I understand what you are saying, but the force of the air propelled downward it might not be as strong as the upward force, or if it's exactly the same, there might be ways of shaping the inside of the box in a way that the air can be slowed down. Anyway, I am just mucking around, would be nice to see a clip with a bigger drone and a carrier bag.


No it can't. Any means of slowing the air would have to be attached to the box/copter pair, and would transfer a downward force on the whole affair. Even the fact that the downward moving air will be slowed by interacting with other air in the box doesn't help because it can only do so by transferring some of its downward motion to the other air. The air is moving at a slower downward speed but there is more of it moving downward, so its effect on the box is the same.

It like what someone above already said, it is like trying to lift yourself by your own bootstraps; no matter how hard you try or how complicated the apparatus you use, you can not exert more force upward on your feet than is being exerted downward on your body by your arms. There is no way around this or any way that you can "trick" the laws of physics to make it possible.

It is as immutable as the fact that you cannot have object A touching object B without object B touching object A.
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Re: Can a sealed drone fly into space?

Postby zetreque on July 5th, 2016, 3:29 pm 

Dave_Oblad » Mon Jul 04, 2016 1:59 pm wrote:


BioWizard has it correct. The forces are contained inside the box.

Best Regards,
Dave :^)


Thank for the video Dave. I really would have thought it would answer it once and for all. Perhaps the hoax confused things. I'm quoting your real video again. :]
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Re: Can a sealed drone fly into space?

Postby zetreque on July 5th, 2016, 3:46 pm 

JMP1958 » Tue Jul 05, 2016 9:50 am wrote:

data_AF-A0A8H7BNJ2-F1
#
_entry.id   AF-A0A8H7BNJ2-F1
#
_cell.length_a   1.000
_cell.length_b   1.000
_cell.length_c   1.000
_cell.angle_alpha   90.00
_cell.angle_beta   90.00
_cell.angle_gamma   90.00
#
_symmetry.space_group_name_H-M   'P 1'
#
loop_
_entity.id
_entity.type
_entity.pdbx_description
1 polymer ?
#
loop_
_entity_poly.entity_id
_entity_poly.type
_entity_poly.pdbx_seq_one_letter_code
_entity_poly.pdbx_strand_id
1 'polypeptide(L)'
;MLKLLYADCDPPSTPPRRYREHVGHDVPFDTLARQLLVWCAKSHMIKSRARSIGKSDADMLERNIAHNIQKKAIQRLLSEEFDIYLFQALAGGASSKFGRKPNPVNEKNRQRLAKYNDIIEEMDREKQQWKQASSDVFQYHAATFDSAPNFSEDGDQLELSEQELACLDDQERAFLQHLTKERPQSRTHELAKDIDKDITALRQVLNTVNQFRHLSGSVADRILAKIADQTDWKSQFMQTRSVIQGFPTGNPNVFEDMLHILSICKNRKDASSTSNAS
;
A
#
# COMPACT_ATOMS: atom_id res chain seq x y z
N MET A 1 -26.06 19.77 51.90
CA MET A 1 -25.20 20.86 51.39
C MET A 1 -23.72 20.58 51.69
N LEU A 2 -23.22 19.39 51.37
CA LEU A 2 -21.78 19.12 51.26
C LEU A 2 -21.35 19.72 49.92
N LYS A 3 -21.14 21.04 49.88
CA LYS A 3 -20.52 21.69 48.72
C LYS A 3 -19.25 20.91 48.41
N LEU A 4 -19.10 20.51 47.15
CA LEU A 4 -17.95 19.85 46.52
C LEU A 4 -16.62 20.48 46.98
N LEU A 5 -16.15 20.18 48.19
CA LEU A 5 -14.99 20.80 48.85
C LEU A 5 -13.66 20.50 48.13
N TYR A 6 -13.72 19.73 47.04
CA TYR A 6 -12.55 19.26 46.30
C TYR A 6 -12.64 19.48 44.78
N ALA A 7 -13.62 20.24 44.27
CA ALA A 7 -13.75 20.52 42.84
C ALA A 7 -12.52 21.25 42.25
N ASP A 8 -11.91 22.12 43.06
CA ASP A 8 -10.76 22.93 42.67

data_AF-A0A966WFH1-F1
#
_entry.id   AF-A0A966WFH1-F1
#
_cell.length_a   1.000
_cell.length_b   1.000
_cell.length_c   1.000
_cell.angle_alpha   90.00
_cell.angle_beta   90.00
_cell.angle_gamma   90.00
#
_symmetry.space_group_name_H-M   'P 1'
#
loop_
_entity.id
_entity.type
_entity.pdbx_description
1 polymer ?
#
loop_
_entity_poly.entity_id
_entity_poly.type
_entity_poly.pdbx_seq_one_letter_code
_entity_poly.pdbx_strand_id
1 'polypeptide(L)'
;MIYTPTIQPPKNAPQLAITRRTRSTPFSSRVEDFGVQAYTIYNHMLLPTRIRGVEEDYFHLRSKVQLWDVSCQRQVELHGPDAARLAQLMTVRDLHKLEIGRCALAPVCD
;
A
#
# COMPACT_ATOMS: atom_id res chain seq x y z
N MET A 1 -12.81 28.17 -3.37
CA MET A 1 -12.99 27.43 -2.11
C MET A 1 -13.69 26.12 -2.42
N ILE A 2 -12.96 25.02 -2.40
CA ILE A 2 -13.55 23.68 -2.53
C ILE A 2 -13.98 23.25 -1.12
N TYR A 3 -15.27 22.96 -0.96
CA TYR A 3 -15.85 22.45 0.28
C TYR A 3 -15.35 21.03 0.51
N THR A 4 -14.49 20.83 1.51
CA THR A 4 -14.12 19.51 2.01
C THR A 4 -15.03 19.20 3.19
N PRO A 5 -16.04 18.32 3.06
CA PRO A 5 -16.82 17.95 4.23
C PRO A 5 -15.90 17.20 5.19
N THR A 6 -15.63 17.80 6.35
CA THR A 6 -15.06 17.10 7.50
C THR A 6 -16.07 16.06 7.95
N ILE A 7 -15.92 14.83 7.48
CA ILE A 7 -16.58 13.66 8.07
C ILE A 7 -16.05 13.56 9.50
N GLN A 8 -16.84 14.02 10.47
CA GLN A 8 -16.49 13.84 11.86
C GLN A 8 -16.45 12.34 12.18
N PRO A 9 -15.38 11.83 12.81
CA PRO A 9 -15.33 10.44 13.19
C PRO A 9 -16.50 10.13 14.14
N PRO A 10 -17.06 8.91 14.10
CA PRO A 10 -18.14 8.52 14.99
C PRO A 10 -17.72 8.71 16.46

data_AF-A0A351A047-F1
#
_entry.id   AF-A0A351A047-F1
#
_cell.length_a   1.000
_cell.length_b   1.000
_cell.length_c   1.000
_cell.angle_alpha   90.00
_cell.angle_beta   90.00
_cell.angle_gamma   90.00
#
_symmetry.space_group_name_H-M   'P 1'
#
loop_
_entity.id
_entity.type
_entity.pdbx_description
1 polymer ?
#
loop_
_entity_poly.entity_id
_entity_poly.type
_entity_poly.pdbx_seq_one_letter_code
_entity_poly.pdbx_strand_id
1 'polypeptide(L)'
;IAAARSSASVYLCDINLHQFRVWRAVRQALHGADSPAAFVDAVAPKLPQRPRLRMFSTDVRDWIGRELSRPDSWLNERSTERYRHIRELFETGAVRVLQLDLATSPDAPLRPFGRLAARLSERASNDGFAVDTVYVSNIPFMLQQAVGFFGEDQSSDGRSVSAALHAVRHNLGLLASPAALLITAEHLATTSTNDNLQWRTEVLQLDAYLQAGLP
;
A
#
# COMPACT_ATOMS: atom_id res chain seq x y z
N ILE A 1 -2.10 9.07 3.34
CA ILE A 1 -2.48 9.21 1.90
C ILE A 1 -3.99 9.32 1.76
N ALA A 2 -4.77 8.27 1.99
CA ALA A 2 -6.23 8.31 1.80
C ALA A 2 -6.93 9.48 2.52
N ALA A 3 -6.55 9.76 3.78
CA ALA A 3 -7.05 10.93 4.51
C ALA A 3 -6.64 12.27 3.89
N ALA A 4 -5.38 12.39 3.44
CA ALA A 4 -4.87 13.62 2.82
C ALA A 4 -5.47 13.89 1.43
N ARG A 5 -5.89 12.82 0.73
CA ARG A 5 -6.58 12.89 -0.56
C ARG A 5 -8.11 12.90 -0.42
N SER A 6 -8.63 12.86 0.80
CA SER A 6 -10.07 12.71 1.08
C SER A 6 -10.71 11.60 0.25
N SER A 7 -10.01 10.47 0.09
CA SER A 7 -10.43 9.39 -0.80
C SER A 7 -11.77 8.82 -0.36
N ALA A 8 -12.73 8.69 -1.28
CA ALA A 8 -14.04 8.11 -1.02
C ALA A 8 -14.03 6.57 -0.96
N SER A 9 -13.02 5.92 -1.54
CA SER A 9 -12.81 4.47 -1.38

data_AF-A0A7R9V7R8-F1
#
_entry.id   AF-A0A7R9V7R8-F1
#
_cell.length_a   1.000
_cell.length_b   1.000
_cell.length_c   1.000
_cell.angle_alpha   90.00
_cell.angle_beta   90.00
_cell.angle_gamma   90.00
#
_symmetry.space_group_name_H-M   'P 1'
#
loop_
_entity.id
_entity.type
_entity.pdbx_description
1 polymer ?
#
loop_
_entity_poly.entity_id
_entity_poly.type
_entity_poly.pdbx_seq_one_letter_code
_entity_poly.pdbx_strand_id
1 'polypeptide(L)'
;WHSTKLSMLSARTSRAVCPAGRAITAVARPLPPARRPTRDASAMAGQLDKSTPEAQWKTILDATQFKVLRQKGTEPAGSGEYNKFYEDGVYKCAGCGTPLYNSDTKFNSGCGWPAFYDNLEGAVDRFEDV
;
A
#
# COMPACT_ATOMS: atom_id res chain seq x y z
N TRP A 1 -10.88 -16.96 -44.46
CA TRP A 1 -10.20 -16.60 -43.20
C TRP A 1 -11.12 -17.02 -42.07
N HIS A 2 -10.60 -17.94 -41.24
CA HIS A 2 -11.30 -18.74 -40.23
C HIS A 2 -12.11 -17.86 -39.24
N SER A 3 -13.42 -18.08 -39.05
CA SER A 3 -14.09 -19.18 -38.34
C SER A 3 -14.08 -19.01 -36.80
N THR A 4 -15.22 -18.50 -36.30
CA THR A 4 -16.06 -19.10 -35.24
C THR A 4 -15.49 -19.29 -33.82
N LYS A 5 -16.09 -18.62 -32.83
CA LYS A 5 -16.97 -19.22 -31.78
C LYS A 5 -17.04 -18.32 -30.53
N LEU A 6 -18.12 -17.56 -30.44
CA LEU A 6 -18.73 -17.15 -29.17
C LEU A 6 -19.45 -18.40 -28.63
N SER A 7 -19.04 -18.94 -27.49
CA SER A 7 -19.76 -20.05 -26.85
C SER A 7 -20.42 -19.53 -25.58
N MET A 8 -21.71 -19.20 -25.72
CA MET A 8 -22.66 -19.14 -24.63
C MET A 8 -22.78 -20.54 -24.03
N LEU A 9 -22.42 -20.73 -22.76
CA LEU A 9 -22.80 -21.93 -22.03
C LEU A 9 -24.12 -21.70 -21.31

Myuncle » July 5th, 2016, 3:26 am wrote:I wouldn't expect that little quadcopter to lift such a box...but try with a carrier bag, attach 4 barbecue sticks to the copter so it won't touch the bag, and let's see what happens :)


As pointed out, the weight of the box is not the point. If you performed this experiment with the quadcopter a bit above the box and attached to the box by strings, the upward thrust of the quad copter would cancel out part of the weight of the box, lowering the scale reading. Putting the quad copter in the box, shows no change in the scale.

This is because of the way the copters produce their own lift. The blades push downward on the air propelling the air downward, which in turn produces an upward action-reaction force on the blades which is transfered to the copter as a whole. In the box, the air travels downward, until it hits the bottom of the box, causing a downward force on the box, which is transferred to the copter by the lines attaching them to each other. This downward force cancels out the upwards force produced by the blade, resulting in no net upward thrust or movement.


Kinda like this, but with a string attached.
Image
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Re: Can a sealed drone fly into space?

Postby Myuncle on July 5th, 2016, 4:57 pm 

Another example. Mount a fan on a skateboard. The fan is blowing air towards the back of the skateboard. Where will the skateboard go? Forward. Now, seal the fan inside a box, mount it on the skateboard like before, turn on the fan for only three seconds: where will the skateboard move? Forward, backwards, or nowhere?
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Re: Can a sealed drone fly into space?

Postby BioWizard on July 5th, 2016, 5:33 pm 

Myuncle » 05 Jul 2016 03:57 pm wrote:Another example. Mount a fan on a skateboard. The fan is blowing air towards the back of the skateboard. Where will the skateboard go? Forward. Now, seal the fan inside a box, mount it on the skateboard like before, turn on the fan for only three seconds: where will the skateboard move? Forward, backwards, or nowhere?


That's nothing new is it? After all, we do see the drone rise from the bottom of the box to the top of the box. And yet nothing happens to the weight.

What you need to understand here is that the limitation for what you're proposing is the laws of physics - not a design element.
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Re: Can a sealed drone fly into space?

Postby BioWizard on July 5th, 2016, 5:36 pm 

Try to think about all the forces acting on the system in detail. Don't just try to run a fuzzy simulation in your head. Intuition can fool you. Think about the problem rigorously and draw out the forces if you need to. There's a lot of good explanations here to start from. You'll quickly see why it can't work. Start with the simplest model - a solid box. Don't worry about the bag for now, that's a lot more complicated, despite the fact that it suffers the same limitation.